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Extreme Fear, Shyness, and Social Phobia$
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Louis A. Schmidt and Jay Schulkin

Print publication date: 1999

Print ISBN-13: 9780195118872

Published to Oxford Scholarship Online: March 2012

DOI: 10.1093/acprof:oso/9780195118872.001.0001

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ContentsFRONT MATTER

Behavioral Inhibition and the Emotional Circuitry of the Brain: Stability and Plasticity During the Early Childhood Years

Chapter:
(p.67) 5 Behavioral Inhibition and the Emotional Circuitry of the Brain: Stability and Plasticity During the Early Childhood Years
Source:
Extreme Fear, Shyness, and Social Phobia
Author(s):

Richard J. Davidson

Maureen Rickman

Publisher:
Oxford University Press
DOI:10.1093/acprof:oso/9780195118872.003.0005

This chapter presents the data that adrenocortical activity is an important factor mediating the child's internal social milieu. The results show that rat pups may “internalize” the results of early maternal regulation, encoded as information about how easy or difficult it is to activate stress-sensitive systems in adulthood. Discussion on attachment, temperament and adrenocortical function is also provided. Even though only a few studies on attachment and cortisol in humans have been conducted, it is probably that thresholds for adrenocortical function are influenced by early mother-child interactions. The most consistent result observed is that infants with disorganized attachments display larger cortisol responses to the Strange Situation than do those with organized attachments. It can be concluded that there are at least two pathways to hyperactivity of the adrenocortical system: (1) innate constitutional differences (temperament) and (2) less than optimal mother-infant interactions early in life.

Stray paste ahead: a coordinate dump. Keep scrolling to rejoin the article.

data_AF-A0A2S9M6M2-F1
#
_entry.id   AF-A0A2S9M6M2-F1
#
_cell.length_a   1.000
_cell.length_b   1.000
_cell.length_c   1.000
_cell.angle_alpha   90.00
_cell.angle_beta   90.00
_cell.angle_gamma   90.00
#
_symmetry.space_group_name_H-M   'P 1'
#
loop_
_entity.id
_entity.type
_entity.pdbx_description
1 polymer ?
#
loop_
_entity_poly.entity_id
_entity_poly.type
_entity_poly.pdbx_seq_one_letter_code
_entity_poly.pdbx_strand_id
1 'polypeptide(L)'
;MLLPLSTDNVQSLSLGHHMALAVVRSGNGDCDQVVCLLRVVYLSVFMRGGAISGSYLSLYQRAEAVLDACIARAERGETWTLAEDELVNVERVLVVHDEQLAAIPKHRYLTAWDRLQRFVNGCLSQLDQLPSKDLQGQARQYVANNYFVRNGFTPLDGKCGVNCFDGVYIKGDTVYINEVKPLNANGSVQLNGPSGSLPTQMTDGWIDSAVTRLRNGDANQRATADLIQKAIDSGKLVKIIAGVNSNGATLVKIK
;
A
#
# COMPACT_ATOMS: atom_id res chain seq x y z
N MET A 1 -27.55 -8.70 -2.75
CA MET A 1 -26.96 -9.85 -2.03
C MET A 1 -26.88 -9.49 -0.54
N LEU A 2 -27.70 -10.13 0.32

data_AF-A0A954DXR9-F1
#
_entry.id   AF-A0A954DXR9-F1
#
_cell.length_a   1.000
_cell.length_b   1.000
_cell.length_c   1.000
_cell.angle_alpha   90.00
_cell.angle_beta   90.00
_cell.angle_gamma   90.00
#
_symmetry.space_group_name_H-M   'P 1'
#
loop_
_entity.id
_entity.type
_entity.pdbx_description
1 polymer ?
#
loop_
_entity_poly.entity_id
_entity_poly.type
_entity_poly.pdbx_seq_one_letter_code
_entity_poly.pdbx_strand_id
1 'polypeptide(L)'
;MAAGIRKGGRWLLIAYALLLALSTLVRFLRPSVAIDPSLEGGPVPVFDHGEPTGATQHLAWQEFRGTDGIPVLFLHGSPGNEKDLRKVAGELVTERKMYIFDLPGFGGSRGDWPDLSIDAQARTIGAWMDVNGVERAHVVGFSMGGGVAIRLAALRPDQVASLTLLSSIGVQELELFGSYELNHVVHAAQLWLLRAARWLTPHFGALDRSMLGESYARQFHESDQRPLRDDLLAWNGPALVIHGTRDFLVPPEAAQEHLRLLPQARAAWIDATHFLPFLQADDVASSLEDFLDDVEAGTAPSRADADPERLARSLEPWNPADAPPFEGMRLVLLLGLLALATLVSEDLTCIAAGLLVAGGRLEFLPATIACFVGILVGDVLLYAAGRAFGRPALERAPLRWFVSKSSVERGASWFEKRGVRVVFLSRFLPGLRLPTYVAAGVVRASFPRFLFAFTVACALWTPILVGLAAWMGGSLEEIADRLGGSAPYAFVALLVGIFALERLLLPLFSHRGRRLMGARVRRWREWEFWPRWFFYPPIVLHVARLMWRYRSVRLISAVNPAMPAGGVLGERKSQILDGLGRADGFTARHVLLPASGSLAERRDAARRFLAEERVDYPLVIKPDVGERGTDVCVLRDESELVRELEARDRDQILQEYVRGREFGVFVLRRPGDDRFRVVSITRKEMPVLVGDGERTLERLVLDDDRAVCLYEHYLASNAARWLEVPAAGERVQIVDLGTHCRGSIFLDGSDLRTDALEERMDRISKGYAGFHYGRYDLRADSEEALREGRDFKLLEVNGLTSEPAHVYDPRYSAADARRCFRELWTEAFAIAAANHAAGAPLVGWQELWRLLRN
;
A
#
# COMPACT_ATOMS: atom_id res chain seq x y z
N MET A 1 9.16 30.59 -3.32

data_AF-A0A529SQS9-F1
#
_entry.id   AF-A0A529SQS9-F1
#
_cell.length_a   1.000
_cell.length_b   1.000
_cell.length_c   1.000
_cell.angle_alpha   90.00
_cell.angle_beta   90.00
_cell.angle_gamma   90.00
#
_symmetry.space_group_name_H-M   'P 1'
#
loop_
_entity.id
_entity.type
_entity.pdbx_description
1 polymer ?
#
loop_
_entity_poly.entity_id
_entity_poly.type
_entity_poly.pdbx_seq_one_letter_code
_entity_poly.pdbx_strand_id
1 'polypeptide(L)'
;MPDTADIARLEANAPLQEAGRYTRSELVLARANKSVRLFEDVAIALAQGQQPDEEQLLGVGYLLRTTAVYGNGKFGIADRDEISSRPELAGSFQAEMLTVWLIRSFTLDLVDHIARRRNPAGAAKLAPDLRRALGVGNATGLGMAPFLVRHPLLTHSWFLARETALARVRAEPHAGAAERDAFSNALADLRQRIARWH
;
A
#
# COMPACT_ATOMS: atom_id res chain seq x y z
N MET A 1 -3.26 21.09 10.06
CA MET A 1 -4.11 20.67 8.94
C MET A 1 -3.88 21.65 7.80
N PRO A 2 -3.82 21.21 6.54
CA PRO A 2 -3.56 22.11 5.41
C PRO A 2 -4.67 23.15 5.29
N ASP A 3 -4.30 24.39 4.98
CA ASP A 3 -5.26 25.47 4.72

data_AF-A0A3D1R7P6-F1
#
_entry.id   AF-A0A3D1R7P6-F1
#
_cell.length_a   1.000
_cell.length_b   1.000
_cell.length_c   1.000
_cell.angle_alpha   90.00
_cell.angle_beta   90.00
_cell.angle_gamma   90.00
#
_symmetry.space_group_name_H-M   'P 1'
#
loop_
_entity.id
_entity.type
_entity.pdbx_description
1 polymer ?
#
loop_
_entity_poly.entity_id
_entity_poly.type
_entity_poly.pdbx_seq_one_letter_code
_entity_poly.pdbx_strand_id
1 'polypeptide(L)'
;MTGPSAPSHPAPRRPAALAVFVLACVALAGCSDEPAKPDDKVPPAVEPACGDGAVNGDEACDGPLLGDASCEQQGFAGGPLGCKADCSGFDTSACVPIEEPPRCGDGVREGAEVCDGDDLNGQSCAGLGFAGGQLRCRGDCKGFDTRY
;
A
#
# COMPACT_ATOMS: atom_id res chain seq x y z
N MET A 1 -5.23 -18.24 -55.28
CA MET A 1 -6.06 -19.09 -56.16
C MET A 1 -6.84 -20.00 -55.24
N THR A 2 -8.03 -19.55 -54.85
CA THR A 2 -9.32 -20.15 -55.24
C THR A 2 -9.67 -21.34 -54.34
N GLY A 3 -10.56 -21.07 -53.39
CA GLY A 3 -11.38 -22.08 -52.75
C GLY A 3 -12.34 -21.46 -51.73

Keywords:   attachment, temperament, adrenocortical function, infancy, mother-child interactions, stress-sensitive systems, cortisol

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